IMELDA MARCOS tried to move the people of Smoky Mountain. Corazon Aquino plans to move the mountain. Those are two solutions to the most odious (and odorous) symbol of poverty in the Philippines.
Smoky Mountain is a smoldering mass of garbage near the heart of Manila. Rising like a volcano, 80 feet high, covering 40 acres, it serves as both a shantytown and job lot for 20,000 men, women, and children.
As dark puffs of methane smoke rise up from the spontaneous combustion of garbage under the hot tropical sun, these scavengers pick through the oozing trash to find objects to sell. The stench stops the breath and lingers on clothes for days.
The irony: The scavengers earn an above-average income by recycling Coca-Cola bottles, plastic bags, animal bones, and tin cans. One or two have found diamonds in the stinking rough.
This unusual slum has existed for decades but hit the international spotlight only in the past few years. Foreign photographers and television reporters, who flocked to Manila to cover Mrs. Aquino's rise to power, found an easy image in the squalid, Dickensian dump to show the human degradation caused by Ferdinand Marcos's ruined economy.
``The misery of Smoky Mountain is a dramatic contrast for visitors after they see the 3,000 pairs of shoes once owned by Imelda Marcos,'' says the Rev. Benigno Beltran, a Roman Catholic priest who works with the dump's residents.
``From the point of view of the Aquino government, the mountain is just a symbol of national disgrace,'' Fr. Beltran says.
For well-off Filipinos, sensitive to foreign opinion and hoping to emphasize a modern Philippines, the symbol of disgrace has been too much. In an Asian nation in which public honor is fundamental, the symbol had to go.
Since January, the government has made plans to close all seven open public dump sites in metropolitan Manila, the worst being Smoky Mountain.
Already, dump trucks no longer come to the top of old Smoky. Instead, the dozens of trucks that collect the garbage of Manila's 2 million residents now bring their fresh shipments to the mountain's edge.
As each truck unloads, a whistle blows and a dozen scavengers pounce on the falling trash. They use metal rods to locate potentially valuable items, tossing these over their shoulders into large baskets hanging on their backs. Within minutes, the pile is picked over, and another truck pulls up.
Mario Ngo, who has worked the mountain for 16 years and has seven children, says he earns at least $1.50 a day. That is more than he would earn if he lived in the rural provinces. And life in Manila, he says, is very entertaining.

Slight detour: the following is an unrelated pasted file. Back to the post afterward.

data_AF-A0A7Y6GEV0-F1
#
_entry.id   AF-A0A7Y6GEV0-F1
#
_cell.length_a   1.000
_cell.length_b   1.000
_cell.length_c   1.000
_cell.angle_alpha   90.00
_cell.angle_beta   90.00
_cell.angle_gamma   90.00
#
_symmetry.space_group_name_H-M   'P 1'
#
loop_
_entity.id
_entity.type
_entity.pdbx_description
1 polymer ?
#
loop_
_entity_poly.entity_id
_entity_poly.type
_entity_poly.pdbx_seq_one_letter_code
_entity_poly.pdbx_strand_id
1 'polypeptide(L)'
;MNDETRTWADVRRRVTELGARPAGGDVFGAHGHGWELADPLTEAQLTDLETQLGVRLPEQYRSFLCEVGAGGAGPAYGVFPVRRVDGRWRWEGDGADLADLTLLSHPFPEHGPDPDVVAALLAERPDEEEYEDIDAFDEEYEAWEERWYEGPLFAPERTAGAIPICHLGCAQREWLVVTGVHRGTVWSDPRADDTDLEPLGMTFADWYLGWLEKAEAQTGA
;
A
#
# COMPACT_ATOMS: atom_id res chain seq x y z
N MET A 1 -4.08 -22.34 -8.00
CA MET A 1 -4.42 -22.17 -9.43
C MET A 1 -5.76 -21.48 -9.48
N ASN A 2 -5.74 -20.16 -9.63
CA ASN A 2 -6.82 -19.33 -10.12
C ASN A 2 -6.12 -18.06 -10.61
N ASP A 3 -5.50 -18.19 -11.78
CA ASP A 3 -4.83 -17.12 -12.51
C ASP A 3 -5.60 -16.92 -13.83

In March, the Japanese government donated 116 covered garbage trucks to the Metro Manila Authority, which comprises four cities and 13 towns. Before the new trucks went into operation, they were sprinkled with holy water in a blessing by a Catholic priest. And an asphalt road was laid down in March to the top of the mountain, where Manila Mayor Gemiliano (Mel) Lopez Jr. has built a chapel, a 60-foot metal cross, and a center to retrain scavengers for new jobs.
In recent weeks, Metro Manila Gov. Efren Cruz began an appeal for $120 million from foreign donors to plan two new landfills well outside the city. The landfills would receive Manila's 3,400 tons of daily garbage.
The plan includes relocating and retraining all the Smoky Mountain scavengers, as well as recycling the garbage into energy and fertilizer, by 1992.
The Aquino administration's appeal to raise foreign money includes a slide presentation that makes a big promise to make Metro Manila ``clean, sanitary, and scavenger-free.''
Mr. Cruz, who as Metro Manila governor holds the position once held by Imelda Marcos, says the real problem is not the mountain itself, but how to get rid of a large colony of well-paid garbage pickers. Several times, Mrs. Marcos ordered forcible removal of the residents to sites outside the city. But they all came back. Aquino has promised no forced relocation.
Leveling the mountain and finding a new dump site is easy, says Cruz. The bigger problem is finding alternative work for the people.
``The people tell me, `OK, we are scavengers and everyone looks down on us. But we are earning a livelihood,''' says Cruz.
Eliminate Smoky Mountain, Cruz says, ``and we are going to have 20,000 social problems spread all over Manila.''
The fact is that recycling is so lucrative that many scavengers scour the streets for garbage - even before the trucks do. Smoky Mountain is as much a recycling center and a community as it is a dump site. Residents have even issued their own identification cards and established a pecking order for garbage picking.
If the city levels the mountain and dumps garbage elsewhere, warns Beltran, the number of scavengers' pushcarts will increase and they will penetrate farther into Manila's suburbs.
Beltran says the mountain is best left alone. ``Smoky Mountain will always exist. That is what I told government officials. We can find funding for the livelihood projects and housing,'' he says.
Meanwhile, as the machinery of government grinds slowly on, ``there's money in garbage.'' So says a Smoky Mountain resident, Honorad Reyes, who recycles about 500 tin cans a day for 1 cent apiece. ``If the city of Manila were to sell all these salable materials, the garbage collection would be a self-liquidating project.''